7

If a class Derived is inherited privately from a class Base and the Derived class has a friend function f(), so what members can f() access from Derived class and Base class.

class Base {
public:
    int a;
protected:
    int b;
private:
    int c;
};  


class Derived: private Base {    
    void friend f() {}

public:
    int d;
protected:
    int e;
private:
    int f;
};

I understand that if a class is inherited privately from the base class, everything is private in the derived class.

But why in the code above, the function f() can access a, b, d, e, f but not c?

9

'Friendship' grants access to the class that declares the friend - it's not transitive. To use a bad analogy - my friends are not necessarily my dad's friends.

The C++ FAQ has a bit more detail:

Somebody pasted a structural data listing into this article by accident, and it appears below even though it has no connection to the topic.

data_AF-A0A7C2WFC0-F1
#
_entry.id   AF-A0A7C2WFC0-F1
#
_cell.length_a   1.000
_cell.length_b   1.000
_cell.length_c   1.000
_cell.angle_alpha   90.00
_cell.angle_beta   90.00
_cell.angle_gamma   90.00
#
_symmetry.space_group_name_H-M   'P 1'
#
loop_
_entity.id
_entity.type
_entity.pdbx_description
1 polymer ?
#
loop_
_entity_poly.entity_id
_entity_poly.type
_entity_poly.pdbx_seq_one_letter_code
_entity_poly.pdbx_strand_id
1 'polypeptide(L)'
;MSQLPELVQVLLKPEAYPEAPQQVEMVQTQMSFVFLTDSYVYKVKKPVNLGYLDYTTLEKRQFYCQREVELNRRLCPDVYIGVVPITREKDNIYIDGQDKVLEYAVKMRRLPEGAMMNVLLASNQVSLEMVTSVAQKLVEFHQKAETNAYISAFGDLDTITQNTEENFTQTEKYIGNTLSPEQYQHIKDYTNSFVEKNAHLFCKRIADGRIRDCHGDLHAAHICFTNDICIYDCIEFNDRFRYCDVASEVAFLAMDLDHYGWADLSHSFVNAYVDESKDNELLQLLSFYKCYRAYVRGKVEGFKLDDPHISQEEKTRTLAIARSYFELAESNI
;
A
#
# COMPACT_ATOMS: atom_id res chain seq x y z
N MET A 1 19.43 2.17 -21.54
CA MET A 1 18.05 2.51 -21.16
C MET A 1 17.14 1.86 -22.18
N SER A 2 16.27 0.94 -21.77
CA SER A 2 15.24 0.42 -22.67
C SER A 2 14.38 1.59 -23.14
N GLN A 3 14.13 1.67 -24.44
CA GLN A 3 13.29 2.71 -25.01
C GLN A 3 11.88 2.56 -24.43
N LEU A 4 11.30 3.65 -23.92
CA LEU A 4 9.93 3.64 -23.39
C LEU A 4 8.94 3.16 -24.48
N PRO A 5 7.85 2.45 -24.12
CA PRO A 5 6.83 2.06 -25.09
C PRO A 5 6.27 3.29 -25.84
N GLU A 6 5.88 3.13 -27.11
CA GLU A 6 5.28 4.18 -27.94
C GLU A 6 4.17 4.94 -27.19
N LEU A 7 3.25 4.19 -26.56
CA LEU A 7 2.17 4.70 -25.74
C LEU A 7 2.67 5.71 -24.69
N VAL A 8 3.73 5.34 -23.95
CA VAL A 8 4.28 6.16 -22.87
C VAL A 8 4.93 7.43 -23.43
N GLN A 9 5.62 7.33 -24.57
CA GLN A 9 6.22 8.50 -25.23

2
  • 1
    The analogy in this case would be closer to: 'granting access to my friends into my house will not grant them access to my father's safeguard that I cannot open myself' – David Rodríguez - dribeas Jan 26 '10 at 21:57
  • @dribeas: Yes - your analogy is closer to the C++ behavior. – Michael Burr Jan 26 '10 at 22:05
7

A friend of Derived can access exactly what Derived itself can - that is, any member of Derived, and any public or protected member of any base class, or of any public or protected grand-parent class, but not any private members of base classes, or members of private grand-parent classes.

2

Private members are not accessible in derived classes.

2

The friend function has access to all members of Derived. It doesn't have access to any members of Base that Derived can't access. Derived can't access Base::c because Base::c is private.

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